Everyone who has died flying commercial in the past year was flying aboard airlines from the East. Safety may not be able to keep up with demand. The last place in the world where you would expect the government to announce the creation of a new airline would be Malaysia. After all, the state bankrolls Malaysia Airlines, stricken financially by the loss of Flight 370 and the destruction of Flight 17 over Ukraine.
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Each year the body overseeing world aviation, the International Civil Aviation Organization (ICAO), conducts an audit of the performance of regional aviation infrastructure. This covers eight categories that are fundamental to safety: legislation, organization, licensing, operations, airworthiness, accident investigation, air navigation (air traffic control) and airports.
The system supporting commercial air travel in North America has a score of 93 percent. The worst performer is Africa, with 41 percent (Africa has by far the largest number of airlines on the European Union’s blacklist of airlines banned from flying into Europe). Asia scores 68 percent, which is a lot better but there is a huge difference in the demand for air travel in Africa and Asia.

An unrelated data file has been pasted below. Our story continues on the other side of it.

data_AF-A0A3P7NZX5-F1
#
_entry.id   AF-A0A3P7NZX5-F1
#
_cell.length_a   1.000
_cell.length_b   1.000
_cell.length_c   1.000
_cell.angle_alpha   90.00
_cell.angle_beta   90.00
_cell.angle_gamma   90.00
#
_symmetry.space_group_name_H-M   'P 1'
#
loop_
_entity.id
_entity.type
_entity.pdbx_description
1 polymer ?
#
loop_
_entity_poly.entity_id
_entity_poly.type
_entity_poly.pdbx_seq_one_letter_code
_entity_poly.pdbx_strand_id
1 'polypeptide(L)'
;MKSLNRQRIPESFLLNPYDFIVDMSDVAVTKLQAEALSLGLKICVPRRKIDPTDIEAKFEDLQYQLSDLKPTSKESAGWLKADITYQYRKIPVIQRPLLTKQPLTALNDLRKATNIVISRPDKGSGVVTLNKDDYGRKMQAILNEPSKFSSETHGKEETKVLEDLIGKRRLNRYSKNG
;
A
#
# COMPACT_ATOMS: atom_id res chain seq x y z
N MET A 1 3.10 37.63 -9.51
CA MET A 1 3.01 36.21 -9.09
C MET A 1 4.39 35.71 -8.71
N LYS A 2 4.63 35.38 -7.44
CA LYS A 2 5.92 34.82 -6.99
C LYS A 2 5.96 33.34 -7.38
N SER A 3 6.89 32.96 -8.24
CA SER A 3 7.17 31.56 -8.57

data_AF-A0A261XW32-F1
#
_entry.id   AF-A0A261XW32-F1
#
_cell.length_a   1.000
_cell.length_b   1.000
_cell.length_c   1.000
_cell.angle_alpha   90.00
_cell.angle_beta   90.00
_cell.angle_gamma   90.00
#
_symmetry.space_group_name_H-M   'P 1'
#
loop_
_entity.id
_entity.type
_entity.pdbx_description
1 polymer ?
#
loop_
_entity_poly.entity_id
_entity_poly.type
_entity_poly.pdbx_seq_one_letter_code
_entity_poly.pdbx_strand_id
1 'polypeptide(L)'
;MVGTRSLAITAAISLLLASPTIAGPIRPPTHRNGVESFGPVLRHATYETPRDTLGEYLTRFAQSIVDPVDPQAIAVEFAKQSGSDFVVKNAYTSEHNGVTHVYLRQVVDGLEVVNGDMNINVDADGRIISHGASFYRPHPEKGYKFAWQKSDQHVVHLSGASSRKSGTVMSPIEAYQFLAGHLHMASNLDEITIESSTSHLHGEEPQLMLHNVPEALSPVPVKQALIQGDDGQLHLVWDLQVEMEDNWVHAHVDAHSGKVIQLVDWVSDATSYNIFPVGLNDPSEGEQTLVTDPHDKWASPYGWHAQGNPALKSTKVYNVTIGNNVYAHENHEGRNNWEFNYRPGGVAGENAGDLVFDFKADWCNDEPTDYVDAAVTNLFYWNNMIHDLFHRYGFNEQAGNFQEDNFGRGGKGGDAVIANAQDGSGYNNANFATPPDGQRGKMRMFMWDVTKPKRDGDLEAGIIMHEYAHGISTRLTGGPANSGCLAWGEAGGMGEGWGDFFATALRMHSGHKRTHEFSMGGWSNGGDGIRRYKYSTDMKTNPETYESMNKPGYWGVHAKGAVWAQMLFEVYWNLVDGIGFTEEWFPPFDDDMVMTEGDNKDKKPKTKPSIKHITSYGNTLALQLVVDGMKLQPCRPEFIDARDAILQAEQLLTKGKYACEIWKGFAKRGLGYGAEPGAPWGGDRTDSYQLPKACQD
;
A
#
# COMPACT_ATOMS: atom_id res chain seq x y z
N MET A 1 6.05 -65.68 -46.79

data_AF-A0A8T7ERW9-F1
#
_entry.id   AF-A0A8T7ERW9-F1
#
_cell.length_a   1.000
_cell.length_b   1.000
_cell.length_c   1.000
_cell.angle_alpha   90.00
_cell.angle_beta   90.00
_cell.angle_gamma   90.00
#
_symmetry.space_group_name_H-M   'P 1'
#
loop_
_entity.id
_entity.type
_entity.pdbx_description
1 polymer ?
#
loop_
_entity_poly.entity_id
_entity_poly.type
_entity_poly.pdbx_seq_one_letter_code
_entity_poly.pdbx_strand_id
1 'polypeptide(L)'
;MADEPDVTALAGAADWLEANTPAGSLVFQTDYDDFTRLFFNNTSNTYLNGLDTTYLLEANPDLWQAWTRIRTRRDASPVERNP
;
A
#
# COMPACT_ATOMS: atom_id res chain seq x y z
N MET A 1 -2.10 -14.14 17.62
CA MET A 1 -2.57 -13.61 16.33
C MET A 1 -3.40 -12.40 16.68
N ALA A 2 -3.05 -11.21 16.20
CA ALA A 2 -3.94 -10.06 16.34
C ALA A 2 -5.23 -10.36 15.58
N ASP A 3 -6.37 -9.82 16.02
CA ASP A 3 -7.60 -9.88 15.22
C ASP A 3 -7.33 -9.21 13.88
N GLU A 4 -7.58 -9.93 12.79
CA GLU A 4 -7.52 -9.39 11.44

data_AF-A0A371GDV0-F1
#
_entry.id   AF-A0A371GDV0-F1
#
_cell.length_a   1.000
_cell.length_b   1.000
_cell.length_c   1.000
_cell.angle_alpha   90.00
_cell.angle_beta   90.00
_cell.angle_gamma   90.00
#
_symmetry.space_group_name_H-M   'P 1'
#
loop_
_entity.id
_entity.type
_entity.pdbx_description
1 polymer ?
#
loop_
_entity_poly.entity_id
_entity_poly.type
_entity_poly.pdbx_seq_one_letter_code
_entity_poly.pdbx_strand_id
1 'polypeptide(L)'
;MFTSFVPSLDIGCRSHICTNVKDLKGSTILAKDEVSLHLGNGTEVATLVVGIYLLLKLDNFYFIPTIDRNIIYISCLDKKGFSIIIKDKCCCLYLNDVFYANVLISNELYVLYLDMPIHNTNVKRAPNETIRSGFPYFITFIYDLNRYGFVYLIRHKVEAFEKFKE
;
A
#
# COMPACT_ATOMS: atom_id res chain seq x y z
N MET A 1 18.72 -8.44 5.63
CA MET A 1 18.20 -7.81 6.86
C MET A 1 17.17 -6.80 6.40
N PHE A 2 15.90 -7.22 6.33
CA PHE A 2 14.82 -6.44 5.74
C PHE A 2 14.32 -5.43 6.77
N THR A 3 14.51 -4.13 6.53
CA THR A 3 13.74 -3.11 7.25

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The easy movement of people and goods is an essential lubricant of any growing economy. Asia has the opportunity to build in little more than a decade a low-cost air travel model that it took the U.S. and Europe 40 years to realize—and we had the advantage of an already mature aviation infrastructure in place with a rigorous safety regime.
Indeed, the whole world wants to share one of the 20th century’s greatest advances: the creation of a remarkably safe international airline system. And why not? The more people get to experience other lands, other peoples, other cultures, the more the insulating barriers of nationality and culture are broken down.
But with this extraordinary transformation of expectations comes a serious responsibility: to meet that benchmark standard in the ICAO’s audit of each region’s aviation industry. So far Asia is falling far too short of that challenge.